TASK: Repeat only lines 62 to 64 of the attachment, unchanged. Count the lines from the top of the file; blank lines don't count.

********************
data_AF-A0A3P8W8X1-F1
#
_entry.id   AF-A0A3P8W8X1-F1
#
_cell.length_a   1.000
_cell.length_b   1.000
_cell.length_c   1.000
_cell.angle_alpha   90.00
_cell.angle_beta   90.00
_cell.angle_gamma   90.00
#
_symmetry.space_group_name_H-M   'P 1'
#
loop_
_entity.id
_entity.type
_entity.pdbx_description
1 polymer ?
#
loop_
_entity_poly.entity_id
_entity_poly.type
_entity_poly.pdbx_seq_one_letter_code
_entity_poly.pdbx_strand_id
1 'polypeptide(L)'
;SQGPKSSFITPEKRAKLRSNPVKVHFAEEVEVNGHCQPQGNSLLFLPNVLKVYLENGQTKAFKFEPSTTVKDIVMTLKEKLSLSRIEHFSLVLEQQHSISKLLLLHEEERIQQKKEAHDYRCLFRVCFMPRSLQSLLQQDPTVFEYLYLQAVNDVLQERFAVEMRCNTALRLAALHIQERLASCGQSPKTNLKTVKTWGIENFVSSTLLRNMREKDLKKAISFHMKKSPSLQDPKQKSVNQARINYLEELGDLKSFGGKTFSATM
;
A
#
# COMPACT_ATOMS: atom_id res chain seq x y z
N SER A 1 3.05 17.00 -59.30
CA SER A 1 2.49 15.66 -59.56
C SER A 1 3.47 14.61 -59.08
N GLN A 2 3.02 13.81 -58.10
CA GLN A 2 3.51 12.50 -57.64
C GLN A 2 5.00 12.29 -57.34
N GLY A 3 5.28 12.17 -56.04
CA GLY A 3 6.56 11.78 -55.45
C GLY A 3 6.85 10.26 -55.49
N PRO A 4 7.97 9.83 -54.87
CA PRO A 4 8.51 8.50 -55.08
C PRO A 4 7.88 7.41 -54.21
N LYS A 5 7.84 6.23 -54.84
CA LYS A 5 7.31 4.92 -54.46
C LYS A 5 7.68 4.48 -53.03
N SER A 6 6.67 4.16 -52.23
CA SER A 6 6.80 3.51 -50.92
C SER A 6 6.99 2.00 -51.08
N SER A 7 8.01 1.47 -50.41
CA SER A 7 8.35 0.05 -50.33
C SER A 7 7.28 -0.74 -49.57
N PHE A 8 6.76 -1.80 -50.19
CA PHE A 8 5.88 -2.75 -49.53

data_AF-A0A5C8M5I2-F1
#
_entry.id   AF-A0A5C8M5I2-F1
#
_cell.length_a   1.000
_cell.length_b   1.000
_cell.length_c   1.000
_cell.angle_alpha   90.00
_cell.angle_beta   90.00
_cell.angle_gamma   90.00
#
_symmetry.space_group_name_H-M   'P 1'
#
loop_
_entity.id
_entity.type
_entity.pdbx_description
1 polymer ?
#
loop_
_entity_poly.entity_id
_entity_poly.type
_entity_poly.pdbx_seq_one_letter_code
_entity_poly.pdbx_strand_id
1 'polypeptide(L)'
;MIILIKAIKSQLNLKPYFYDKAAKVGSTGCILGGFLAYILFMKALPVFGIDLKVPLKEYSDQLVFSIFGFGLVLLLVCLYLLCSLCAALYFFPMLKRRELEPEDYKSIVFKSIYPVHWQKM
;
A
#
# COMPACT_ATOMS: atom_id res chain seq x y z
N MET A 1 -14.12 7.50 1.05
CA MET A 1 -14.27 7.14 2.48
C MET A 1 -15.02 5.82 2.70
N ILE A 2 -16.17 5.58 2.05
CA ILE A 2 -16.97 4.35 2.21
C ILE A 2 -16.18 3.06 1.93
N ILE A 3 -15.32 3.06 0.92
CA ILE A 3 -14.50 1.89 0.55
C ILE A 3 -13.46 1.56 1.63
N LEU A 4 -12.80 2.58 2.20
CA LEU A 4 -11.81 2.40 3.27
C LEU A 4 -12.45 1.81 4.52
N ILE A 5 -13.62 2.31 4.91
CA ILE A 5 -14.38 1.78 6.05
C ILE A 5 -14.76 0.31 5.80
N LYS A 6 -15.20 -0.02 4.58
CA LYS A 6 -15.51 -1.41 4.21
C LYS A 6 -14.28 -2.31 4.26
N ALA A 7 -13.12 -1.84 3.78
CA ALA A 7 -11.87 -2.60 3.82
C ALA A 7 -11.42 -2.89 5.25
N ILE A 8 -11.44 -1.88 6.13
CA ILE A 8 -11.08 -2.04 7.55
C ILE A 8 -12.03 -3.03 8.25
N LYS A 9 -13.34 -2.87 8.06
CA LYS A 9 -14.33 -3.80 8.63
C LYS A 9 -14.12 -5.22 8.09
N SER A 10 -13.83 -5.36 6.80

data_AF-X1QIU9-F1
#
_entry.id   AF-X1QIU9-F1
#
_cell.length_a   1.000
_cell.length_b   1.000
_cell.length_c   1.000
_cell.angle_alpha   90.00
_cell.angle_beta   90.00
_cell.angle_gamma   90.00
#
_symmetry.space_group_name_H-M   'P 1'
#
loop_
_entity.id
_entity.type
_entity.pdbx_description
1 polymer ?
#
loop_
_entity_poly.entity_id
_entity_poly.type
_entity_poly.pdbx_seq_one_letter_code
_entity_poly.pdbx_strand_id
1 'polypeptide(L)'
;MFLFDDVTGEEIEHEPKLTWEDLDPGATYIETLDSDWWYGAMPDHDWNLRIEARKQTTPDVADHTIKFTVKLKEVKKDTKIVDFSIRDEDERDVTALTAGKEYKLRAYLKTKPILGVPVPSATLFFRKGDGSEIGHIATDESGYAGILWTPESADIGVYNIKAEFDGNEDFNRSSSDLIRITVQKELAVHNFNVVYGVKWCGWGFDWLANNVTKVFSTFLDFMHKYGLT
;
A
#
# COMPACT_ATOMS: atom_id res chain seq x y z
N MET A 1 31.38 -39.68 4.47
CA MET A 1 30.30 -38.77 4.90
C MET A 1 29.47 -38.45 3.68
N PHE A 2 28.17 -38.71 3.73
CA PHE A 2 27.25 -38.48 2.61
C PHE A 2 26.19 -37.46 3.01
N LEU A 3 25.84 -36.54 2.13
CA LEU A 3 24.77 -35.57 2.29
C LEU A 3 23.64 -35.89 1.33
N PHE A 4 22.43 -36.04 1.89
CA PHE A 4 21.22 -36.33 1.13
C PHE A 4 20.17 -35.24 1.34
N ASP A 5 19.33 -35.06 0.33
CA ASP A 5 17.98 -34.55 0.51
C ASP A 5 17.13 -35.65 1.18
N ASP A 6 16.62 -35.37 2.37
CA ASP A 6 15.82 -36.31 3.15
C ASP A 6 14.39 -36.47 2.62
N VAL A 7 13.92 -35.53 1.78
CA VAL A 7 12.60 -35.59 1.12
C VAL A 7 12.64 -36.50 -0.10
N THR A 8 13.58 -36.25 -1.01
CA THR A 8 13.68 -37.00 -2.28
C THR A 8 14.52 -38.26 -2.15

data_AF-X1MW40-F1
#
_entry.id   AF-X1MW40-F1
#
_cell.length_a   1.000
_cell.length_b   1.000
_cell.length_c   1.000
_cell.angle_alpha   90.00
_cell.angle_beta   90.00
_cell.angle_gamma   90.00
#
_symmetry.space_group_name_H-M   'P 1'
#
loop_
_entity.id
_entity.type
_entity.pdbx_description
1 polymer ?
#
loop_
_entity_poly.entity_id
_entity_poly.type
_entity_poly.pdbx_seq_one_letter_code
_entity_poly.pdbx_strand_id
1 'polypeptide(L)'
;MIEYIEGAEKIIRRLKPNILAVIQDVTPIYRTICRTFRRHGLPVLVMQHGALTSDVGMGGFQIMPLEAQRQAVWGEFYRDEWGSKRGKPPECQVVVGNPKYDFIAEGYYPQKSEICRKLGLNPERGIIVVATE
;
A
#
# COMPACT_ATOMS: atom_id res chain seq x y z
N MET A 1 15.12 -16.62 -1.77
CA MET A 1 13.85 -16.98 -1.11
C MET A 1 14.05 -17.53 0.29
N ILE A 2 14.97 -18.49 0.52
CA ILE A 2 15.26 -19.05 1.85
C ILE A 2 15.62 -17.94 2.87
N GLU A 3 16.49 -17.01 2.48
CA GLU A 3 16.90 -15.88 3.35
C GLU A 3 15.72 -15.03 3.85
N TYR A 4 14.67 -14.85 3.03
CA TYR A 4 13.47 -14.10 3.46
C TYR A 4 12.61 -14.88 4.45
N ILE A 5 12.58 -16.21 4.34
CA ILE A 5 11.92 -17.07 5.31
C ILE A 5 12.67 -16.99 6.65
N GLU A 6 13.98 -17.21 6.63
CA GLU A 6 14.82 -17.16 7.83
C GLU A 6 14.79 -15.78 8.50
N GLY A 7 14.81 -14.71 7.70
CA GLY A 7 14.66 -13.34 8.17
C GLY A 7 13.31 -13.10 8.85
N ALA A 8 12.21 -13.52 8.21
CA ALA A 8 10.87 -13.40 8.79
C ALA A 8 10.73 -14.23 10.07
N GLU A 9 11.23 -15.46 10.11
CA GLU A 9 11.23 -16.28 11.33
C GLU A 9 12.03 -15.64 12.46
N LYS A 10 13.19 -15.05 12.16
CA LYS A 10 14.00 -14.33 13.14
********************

_cell.angle_beta   90.00
_cell.angle_gamma   90.00
#